Whats up with DACA?

 

Introduction:

In 2017, about 10.5 million undocumented immigrants lived in the United States, according to Pew Research Center. Of the 10.5 million, about 800,000 were people under the DACA program. DACA stands for Deferred Action for Childhood Arrivals, it began under Obama's presidency in 2012 with his executive order. The order stated undocumented immigrants who met the necessary requirements and submitted an application could receive federal protection and benefits. A DACA recipient, also called a Dreamer is legally protected from deportation and eligible for a work permit for two years, after the two years the Dreamer would then have to start the process of applying and renewing the permit. This program has been able to help many immigrants with settling in and becoming a functional citizen in the United States. According to a study done by the UC Institution for research “DACA recipients have experienced some educational and economic gains.” It makes sense as the program allows for immigrants to attend school and apply for jobs they normally could not apply for.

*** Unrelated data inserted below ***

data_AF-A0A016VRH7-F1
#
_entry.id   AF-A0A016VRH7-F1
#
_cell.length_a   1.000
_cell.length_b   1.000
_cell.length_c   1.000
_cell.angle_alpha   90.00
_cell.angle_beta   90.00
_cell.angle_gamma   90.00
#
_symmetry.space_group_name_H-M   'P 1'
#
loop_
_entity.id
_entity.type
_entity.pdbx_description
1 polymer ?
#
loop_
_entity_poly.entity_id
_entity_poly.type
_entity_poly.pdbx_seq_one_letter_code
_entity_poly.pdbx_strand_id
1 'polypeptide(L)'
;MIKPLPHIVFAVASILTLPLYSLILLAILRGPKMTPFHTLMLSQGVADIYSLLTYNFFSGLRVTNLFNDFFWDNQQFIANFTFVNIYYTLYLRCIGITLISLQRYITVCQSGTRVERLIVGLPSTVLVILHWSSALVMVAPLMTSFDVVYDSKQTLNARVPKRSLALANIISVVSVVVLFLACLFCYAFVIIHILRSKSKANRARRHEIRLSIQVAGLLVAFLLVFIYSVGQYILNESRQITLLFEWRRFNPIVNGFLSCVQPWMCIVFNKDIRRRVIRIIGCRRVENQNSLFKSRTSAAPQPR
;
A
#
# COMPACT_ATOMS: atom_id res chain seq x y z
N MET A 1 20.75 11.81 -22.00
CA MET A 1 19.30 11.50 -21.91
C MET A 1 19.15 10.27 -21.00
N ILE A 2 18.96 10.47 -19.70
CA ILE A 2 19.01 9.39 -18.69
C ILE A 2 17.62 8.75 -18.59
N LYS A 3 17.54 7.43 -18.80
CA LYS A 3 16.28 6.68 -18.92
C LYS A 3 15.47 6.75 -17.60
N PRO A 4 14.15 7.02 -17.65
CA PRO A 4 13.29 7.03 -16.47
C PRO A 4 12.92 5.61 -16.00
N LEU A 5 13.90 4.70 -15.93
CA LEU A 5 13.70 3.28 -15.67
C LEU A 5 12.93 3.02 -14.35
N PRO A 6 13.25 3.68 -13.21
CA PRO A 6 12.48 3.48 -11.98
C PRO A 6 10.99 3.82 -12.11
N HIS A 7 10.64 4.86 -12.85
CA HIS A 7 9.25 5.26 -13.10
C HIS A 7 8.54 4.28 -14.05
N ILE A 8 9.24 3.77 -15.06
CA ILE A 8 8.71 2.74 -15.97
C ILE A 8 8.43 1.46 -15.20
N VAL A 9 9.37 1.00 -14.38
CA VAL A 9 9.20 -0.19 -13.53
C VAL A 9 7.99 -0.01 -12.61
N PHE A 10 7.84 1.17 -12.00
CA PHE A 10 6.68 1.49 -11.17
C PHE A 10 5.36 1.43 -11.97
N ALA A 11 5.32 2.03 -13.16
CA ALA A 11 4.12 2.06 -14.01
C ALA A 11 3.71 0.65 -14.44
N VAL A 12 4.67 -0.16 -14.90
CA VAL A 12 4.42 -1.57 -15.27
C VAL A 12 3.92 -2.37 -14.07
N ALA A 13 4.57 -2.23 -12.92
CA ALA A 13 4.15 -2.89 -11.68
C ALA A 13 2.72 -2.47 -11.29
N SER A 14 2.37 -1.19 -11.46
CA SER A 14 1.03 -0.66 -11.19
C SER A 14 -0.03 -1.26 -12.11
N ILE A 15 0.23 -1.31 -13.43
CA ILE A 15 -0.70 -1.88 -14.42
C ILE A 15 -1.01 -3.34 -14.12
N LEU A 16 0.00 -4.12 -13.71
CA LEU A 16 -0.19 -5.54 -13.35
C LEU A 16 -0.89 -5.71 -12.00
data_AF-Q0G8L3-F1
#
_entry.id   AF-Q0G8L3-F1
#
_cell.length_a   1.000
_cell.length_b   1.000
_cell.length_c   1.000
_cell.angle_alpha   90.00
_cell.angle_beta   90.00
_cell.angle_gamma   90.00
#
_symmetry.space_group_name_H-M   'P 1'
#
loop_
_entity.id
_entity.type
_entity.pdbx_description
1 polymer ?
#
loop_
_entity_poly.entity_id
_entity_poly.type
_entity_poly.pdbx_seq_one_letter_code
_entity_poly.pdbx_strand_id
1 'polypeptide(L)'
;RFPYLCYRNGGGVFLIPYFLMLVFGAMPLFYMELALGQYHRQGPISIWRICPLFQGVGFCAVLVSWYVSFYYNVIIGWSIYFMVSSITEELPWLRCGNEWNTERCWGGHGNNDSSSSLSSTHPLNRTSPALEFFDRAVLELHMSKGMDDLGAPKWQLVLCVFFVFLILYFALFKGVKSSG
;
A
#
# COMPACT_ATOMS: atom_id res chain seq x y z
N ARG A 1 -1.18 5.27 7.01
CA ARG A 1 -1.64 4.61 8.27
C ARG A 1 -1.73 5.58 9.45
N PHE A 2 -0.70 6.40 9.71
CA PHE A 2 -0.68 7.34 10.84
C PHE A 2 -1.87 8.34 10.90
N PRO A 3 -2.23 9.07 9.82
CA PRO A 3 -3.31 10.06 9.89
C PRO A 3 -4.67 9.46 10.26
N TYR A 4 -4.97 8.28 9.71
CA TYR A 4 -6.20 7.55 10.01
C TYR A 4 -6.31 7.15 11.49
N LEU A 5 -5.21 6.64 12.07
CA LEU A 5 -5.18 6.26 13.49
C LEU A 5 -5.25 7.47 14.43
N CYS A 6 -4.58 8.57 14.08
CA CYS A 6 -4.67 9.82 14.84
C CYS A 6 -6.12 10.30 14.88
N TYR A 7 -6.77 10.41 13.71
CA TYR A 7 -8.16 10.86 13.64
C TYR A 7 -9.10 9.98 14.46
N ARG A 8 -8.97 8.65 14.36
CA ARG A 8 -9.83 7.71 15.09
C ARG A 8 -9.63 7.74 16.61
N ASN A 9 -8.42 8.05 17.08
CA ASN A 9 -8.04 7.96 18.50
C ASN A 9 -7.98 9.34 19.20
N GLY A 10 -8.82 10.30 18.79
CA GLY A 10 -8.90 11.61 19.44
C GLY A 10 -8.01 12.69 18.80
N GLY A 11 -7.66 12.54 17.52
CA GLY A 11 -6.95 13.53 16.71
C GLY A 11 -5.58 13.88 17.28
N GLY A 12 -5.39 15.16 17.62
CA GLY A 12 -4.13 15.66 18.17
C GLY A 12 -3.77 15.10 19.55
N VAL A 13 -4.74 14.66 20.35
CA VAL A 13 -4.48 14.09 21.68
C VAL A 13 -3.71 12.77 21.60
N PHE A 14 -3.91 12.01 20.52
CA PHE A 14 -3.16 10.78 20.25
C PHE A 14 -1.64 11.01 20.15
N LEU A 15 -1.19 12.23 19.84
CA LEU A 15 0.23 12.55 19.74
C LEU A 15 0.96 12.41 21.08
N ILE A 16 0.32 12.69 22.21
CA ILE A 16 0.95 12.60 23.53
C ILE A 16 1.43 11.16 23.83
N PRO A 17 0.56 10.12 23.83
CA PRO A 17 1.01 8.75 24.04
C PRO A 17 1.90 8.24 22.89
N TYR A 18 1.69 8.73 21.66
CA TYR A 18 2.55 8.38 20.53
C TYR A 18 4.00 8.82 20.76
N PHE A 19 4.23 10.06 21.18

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What now:

All that sounds great, but it’s an extremely controversial program and in 2017 under the Trump administration, former Attorney General Jeff Sessions announced the DACA program would be suspended. Since the announcement, legal action has been taken around the country, bringing into question if the removal of DACA is just. This brings us to the next piece on the puzzle. Earlier this year the Supreme Court agreed to give a final decision on whether the suspension of DACA was done so properly. The Supreme Court heard the case about two weeks ago but says they don’t expect to have a final decision till June 2020. With all the uncertainty looming over Dreamers, Congress has tried to take some steps to help. The House of Representative introduced the DREAM act in 2019 but it was yet to be voted on in the Senate, and recesses for Congress is coming soon, so it seems like till 2020 many Dreamers will continue to be in limbo until final decisions are made.